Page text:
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THE MOST POPULAR PLAY IN NEW York this season might be called She Still Looks Terrific. It's getting tremendous word-of-mouth in theater lobbies all over town. You can hear it at the Martin Beck, where Carol Burnett (age 62) is shining in Moon Over Buffalo, and at the Lunt-Fontanne, where Carol Channing (74) takes charge of Hello, Dolly! Now, at the Marquis, Julie Andrews (60) is back on Broadway after a 32-year absence, starring in the movie-turned-stage musical Victor/Victoria.

She is both Victor (the man-impersonating-a-woman whose racy nightclub act has made him/her the toast of '30s Paris) and Victoria (the down-on-her-luck English opera singer who, desperate for work, agrees to become a woman-impersonating-a-man-impersonating-a-woman whose racy nightclub act, etc.). The show's writer and director is her husband Blake Edwards, who after a long career in films (the Pink Panther series, as well as Victor/Victoria) has chosen to embark on musical theater.

"Star quality" is a term notoriously hard to define. But whatever it is, Julie Andrews, with her outflung smile and crystalline enunciations, still has it. A pity, then, she didn't have richer musical material than the humdrum score by the late Henry Mancini (including songs from the movie such as Le Jazz Hot), with additional numbers by Frank Wildhorn. It's touching, and a little sad, to watch this woman who, nearly 40 years ago, crested to fame in what remains arguably the greatest Broadway musical, My Fair Lady, now throwing herself into songs that have no afterlife; their echoes die even as you're walking up the aisle toward the lobby.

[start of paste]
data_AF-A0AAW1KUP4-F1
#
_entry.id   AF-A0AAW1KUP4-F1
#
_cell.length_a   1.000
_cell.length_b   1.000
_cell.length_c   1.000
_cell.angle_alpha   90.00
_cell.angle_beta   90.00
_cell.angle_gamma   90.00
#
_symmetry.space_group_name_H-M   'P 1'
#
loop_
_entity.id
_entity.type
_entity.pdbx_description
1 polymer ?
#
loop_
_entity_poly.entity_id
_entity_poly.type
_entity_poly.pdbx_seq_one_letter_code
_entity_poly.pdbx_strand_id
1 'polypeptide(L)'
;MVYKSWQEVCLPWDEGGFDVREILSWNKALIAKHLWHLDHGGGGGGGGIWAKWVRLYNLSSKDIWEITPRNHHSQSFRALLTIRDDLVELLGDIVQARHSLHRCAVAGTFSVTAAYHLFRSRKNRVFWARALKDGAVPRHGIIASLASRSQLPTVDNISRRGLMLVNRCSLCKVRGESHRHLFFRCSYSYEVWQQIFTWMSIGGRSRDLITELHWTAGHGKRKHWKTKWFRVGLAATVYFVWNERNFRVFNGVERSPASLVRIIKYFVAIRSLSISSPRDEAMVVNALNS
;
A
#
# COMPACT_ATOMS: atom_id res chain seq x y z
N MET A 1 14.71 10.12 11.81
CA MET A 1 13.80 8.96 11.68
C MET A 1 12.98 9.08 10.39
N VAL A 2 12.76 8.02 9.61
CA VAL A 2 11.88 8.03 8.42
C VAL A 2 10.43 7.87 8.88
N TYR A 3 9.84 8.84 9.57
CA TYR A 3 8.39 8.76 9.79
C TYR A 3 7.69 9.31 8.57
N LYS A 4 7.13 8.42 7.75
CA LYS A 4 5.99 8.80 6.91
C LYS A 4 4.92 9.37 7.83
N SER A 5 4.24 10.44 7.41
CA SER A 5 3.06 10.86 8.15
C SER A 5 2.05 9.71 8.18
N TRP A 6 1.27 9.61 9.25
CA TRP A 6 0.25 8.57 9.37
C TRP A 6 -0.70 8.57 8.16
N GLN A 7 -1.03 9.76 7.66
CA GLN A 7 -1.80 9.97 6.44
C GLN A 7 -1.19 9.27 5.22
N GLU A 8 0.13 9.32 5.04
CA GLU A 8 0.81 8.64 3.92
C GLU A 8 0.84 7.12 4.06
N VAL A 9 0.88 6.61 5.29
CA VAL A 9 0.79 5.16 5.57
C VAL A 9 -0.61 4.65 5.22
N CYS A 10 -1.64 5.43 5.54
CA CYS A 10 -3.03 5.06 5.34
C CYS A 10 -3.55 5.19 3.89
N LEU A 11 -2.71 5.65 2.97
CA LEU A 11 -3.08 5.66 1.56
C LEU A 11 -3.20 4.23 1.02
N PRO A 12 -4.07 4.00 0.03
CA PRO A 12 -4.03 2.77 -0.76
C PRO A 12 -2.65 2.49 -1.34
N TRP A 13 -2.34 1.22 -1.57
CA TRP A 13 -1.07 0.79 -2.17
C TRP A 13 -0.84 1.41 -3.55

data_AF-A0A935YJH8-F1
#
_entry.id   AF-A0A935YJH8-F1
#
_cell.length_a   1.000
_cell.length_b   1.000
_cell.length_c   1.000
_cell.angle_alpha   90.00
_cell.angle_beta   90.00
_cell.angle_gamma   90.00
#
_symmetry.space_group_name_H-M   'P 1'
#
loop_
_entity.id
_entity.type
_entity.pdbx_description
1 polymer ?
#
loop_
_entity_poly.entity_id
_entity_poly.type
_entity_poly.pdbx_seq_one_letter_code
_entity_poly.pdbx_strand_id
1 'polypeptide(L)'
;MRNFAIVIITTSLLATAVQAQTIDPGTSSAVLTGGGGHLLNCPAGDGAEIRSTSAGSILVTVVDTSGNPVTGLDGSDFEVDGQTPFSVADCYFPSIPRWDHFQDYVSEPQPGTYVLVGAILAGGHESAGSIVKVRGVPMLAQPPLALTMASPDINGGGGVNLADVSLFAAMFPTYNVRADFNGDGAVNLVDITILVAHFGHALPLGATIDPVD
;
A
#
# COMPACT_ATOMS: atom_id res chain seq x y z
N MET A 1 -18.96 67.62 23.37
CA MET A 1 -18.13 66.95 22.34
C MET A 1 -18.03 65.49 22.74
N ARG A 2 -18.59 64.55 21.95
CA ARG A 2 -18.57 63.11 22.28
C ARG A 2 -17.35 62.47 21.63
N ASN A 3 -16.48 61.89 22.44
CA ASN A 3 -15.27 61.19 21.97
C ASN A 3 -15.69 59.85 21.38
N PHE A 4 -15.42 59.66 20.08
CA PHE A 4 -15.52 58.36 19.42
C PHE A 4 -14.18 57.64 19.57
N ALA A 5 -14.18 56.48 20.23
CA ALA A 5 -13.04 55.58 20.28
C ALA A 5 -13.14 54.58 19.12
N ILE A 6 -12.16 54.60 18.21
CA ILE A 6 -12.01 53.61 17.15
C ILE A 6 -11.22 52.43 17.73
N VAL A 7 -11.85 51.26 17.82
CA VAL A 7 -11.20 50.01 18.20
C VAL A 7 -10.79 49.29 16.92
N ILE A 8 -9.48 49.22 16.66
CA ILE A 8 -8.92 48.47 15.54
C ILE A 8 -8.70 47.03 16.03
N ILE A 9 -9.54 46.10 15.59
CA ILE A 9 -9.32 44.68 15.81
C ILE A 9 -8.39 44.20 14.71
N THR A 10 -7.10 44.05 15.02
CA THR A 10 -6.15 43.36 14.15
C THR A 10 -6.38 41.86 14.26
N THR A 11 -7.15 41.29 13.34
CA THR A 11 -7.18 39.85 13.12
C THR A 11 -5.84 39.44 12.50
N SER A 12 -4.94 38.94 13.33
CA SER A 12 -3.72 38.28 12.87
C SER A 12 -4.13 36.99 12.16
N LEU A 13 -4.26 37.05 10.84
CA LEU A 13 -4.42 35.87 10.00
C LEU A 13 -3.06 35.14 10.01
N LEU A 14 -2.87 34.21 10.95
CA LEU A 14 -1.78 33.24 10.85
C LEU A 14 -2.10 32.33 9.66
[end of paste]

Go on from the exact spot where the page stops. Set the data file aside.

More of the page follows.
Tony Roberts has a likewise appealing stage presence as a gay companion/adviser/manager to Andrews. Having found true love in the unlikely form of a mobster's bodyguard, he moves deftly from whimsical philosophizing to jubilant clowning. Michael Nouri, as the Chicago mobster who falls for Andrews, is evidently meant to embody animal magnetism. While he's neither animal nor magnet enough to be fully convincing, he has some likable moments of sexual confusion. Poor thug, he can't be sure whether the creature he's pining after is a woman or a man. Edwards' direction turns up a couple of charming visual gags, and the sets are handsome and human scale; they don't overpower the actors.

As an actress, Andrews has been something of a prisoner, heaven knows, of the sweetness she personified so memorably in Mary Poppins and The Sound of Music. A musical about transvestites and mobsters, set in gay Paree, might seem quite a departure. But in the end there's something excessively sweet--something earnestly preachy and smug--in Victor/Victoria's pleas for tolerance. Edwards' brainchild may flirt with naughtiness, but it really wants to be nice, which gives Andrews a chance again to play Julie Andrews. For Mary Poppins has always known how to treat naughty-but-nice children: be gentle, but make it clear you're a no-nonsense type. Show them a firm but loving hand.